Updated: Oct 30, 2020
Incorporate the core elements of the Dribble Drive Motion into your practices.
In designing a Dribble Drive Motion practice you must make sure to place an emphasis on the core elements of the offense. This is an offense that is looking to create double and triple gaps with its passing and cutting, and then attack those gaps with the dribble. So, from a player development perspective, we have to design our practice to reflect the types of skills needed to succeed with this style of play.
DDM Core Elements:
1. Dribble Attacks - Simple attacks techniques like hesitation, in & out & crossovers.
2. Dribble Stops - Techniques to stop on failed drives; stride stops, jump stops, &
bounce out dribbles.
3. Second Cutting - Reads & Rules for players when the ball has been stopped.
4. Help Defense Reads - Teach offensive players to read & react to help defense.
5. Drive & Space Reactions - Teach players to maximize their spacing when players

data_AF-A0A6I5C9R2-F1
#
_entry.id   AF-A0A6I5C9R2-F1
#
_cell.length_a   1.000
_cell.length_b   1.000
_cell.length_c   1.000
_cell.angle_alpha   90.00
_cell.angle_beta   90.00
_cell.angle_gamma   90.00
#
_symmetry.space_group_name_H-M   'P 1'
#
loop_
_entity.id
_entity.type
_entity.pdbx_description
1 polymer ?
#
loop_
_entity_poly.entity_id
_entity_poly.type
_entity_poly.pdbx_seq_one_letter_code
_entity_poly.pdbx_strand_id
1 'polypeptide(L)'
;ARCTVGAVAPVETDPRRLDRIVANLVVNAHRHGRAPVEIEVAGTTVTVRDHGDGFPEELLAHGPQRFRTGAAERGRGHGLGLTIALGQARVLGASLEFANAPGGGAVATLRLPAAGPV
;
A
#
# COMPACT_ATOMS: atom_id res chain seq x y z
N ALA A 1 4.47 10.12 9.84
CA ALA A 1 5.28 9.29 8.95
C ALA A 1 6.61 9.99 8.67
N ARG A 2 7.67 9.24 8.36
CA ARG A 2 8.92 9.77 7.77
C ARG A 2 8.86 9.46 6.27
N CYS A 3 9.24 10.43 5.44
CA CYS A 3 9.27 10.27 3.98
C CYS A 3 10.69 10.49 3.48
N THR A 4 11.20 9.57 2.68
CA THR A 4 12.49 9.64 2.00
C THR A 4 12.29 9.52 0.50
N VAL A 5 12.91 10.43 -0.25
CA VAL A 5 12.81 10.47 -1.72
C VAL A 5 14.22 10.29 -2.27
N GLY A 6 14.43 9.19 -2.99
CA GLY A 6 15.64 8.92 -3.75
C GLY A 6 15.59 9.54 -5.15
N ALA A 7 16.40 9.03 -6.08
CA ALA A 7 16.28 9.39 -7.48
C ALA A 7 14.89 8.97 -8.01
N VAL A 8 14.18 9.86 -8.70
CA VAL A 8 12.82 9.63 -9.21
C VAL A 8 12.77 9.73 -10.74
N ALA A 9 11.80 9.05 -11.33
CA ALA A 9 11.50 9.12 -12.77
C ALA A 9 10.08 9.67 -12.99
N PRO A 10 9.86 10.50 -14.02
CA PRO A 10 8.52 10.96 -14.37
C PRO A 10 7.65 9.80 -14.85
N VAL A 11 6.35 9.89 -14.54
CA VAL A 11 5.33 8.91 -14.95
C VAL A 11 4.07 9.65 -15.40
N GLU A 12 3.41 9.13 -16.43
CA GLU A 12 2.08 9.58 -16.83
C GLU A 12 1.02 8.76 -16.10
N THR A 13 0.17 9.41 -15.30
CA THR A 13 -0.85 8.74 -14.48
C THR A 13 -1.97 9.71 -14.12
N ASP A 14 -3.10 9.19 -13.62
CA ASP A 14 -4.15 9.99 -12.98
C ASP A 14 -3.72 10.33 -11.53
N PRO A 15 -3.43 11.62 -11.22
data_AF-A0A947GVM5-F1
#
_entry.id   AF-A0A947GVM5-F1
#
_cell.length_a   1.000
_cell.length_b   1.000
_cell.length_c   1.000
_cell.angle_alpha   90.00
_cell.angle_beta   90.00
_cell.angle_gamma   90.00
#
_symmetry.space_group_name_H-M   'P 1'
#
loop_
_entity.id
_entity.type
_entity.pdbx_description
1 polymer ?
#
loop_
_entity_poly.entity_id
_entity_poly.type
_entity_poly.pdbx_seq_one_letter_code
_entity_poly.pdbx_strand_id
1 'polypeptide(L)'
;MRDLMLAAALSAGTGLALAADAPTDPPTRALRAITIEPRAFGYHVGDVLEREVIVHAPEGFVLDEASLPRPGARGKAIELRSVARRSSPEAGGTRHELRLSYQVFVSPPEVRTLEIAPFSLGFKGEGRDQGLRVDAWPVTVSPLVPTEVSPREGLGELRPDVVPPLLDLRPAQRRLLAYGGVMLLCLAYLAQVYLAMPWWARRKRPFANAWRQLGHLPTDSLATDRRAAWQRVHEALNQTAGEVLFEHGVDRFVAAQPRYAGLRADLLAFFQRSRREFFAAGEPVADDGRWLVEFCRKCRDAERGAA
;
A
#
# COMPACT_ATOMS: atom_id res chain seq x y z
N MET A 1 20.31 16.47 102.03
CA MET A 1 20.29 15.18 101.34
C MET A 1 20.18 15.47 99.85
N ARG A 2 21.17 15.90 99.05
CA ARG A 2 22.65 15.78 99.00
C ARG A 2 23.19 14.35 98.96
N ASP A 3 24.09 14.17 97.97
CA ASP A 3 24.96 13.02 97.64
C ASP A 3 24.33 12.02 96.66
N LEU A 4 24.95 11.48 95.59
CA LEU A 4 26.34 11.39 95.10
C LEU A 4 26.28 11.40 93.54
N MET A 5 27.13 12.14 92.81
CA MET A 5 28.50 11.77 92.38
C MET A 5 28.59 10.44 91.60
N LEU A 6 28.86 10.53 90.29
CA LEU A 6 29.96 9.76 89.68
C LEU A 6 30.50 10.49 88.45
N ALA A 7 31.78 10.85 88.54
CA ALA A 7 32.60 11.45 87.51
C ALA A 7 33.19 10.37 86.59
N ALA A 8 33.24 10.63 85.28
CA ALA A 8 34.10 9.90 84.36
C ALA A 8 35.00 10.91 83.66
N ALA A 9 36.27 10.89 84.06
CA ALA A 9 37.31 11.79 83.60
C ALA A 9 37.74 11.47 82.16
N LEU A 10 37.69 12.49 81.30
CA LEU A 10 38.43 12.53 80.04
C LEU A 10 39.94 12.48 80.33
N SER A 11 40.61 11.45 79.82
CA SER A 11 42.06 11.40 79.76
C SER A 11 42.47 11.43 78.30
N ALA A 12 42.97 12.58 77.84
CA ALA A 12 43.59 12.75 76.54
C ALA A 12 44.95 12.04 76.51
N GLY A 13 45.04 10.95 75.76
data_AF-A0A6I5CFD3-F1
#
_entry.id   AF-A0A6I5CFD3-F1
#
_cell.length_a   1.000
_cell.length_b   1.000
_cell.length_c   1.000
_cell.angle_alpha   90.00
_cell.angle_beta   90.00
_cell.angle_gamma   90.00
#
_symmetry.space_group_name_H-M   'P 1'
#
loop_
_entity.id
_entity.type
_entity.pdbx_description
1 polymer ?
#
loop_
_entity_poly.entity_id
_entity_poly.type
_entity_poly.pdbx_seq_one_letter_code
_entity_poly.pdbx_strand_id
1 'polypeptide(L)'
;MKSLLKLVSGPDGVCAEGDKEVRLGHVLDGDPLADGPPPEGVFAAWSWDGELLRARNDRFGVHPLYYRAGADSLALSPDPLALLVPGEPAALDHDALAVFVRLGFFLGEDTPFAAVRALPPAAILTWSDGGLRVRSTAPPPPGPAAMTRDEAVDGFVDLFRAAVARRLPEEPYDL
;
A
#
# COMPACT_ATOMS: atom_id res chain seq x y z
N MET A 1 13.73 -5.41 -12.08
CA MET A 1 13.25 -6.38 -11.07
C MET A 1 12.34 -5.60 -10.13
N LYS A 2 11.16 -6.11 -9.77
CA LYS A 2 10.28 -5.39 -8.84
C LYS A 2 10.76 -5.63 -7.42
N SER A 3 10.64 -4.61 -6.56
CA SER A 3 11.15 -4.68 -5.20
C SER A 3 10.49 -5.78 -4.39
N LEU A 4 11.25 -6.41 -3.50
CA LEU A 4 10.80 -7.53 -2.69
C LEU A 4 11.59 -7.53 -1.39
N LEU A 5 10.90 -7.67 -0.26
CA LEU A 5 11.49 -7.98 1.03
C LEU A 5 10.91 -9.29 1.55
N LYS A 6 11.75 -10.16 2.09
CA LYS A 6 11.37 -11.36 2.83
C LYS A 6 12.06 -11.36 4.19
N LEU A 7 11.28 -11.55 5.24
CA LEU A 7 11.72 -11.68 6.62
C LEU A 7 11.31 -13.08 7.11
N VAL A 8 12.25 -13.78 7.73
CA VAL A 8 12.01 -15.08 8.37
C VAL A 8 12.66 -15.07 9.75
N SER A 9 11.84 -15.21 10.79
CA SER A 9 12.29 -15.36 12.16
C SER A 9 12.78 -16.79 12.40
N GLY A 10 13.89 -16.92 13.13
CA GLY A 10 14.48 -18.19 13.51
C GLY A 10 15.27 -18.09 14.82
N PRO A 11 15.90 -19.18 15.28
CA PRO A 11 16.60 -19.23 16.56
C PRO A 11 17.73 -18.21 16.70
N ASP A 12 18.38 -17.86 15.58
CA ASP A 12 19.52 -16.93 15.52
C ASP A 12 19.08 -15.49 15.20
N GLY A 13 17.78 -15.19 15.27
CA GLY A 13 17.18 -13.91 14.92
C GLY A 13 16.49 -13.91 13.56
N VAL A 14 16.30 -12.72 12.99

are driving to the rim.
6. Finishing - Give players options to use while finishing at the rim.
Many of these core elements can be combined into the drills and concepts we use in practice - but in order for us to succeed in this offense we must master these skills. As a Dribble Drive Motion team you must address these skills to some extent every day.
Breaking Down the Elements
The Dribble Attack moves that we choose to teach are simple, subtle, and keep our players on a straight line to the basket. We do not want to give up any offensive advantage that our passing & cutting has given the offensive player by dribbling east and west. In theory all three of these dribble attacks are ways to create a small advantage vs a neutral defender.
1. Hesitation - Use a change of pace to allow the defender to relax, then re-attack.
2. In & Out - Get a defender to reaction to a potential crossover, then continue on
your direct path to the rim.
3. Crossover - Use to punish a defender who has over committed to your drive.
Teaching players Dribble Stop Techniques is a crucial element to avoid turnovers and allow for extra opportunities within the offense. Not all of our drives will successfully get to the r